What about tour sponsorship?

Tour sponsorship “is crap,” continues Ford. “We don’t do it. I mean, Jesus Christ.” His voice climbs with a measure of defensiveness, and he adds hastily, “I mean, none of us have had any money. We don’t even sleep in hotels. We always try to sleep in the van when we can. I got news for you, man, touring is the easiest thing in the world. ... We ride in the van, we set up our gear, we play, we party. None of us in the band need a huge tour bus or a massive hotel room to do that. To me I’d feel pretty cheap and pretty dumb if I did that because that’s not who we are or what I am.”

With the weight of expectations that inevitably befall a band on a major, particularly in the wake of an industry-hyped shitstorm, the Bronx — as loudmouthed keepers of the flame — are in an unenviable position: They could be the desirable, out of control party-girl who three years later is a cautionary tale. Starting out with principled idealistic stipulations, which, depending on how important or unimportant money is to you, can go either way.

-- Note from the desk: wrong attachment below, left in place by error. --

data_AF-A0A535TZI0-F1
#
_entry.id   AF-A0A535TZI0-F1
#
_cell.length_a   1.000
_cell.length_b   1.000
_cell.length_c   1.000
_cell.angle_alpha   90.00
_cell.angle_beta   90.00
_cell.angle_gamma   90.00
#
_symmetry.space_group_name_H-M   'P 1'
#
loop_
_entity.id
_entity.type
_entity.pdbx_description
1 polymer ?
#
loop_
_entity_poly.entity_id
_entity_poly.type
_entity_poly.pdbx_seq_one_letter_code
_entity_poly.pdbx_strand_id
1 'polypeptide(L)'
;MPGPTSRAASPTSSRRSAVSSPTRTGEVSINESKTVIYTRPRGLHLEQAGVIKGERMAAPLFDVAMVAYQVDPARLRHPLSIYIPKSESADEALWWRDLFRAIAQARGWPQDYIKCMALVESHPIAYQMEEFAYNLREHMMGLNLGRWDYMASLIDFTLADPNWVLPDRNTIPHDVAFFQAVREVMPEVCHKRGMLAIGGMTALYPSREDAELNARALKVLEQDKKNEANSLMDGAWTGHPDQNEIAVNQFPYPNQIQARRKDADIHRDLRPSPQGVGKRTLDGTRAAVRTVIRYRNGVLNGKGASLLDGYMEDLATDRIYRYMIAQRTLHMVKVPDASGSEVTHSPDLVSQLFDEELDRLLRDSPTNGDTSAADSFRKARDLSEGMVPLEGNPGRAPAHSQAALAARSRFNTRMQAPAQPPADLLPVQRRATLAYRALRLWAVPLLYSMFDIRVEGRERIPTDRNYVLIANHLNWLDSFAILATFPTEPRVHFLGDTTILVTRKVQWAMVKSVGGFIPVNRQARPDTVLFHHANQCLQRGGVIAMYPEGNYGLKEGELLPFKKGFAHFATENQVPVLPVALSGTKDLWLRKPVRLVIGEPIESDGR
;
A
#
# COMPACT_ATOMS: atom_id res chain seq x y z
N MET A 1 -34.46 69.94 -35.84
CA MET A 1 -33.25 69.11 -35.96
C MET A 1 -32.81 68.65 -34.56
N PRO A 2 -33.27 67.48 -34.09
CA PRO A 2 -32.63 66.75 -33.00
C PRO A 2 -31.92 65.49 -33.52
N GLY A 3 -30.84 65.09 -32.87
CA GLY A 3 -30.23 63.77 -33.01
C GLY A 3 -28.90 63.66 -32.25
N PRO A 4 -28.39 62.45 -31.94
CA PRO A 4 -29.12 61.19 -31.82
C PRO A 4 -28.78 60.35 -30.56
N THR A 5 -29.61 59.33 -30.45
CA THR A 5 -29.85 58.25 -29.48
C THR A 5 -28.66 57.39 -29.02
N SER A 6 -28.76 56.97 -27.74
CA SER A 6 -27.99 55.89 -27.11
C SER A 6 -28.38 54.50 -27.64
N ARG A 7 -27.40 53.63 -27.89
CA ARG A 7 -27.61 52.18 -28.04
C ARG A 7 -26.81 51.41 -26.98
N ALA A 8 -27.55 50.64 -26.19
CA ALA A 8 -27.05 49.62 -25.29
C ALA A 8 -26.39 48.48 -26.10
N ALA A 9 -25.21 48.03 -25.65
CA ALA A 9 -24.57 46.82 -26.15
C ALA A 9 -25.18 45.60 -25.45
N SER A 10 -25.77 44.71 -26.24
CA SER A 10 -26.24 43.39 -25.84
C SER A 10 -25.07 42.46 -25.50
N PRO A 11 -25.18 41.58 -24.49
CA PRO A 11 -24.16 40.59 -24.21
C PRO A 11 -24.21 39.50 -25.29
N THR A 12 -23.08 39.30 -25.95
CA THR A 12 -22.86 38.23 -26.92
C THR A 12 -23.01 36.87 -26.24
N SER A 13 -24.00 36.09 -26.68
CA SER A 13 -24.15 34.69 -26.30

“The only thing I can really say about us backing up our thoughts and our beliefs is when I got into music it was completely different than it is today,” says Ford. “I just remember that I used to go see bands, and they were ugly, and they didn’t have good fashion but their music was so amazing. And the music was the only thing that people cared about.”

 

The Bronx will perform Thursday, July 24, at St. Andrew’s Hall (431 E. Congress, Detroit) with GBH and Circle Jerks. For info, call 313-961-MELT.

Brian Smith is the music editor of Metro Times. E-mail bsmith@metrotimes.com.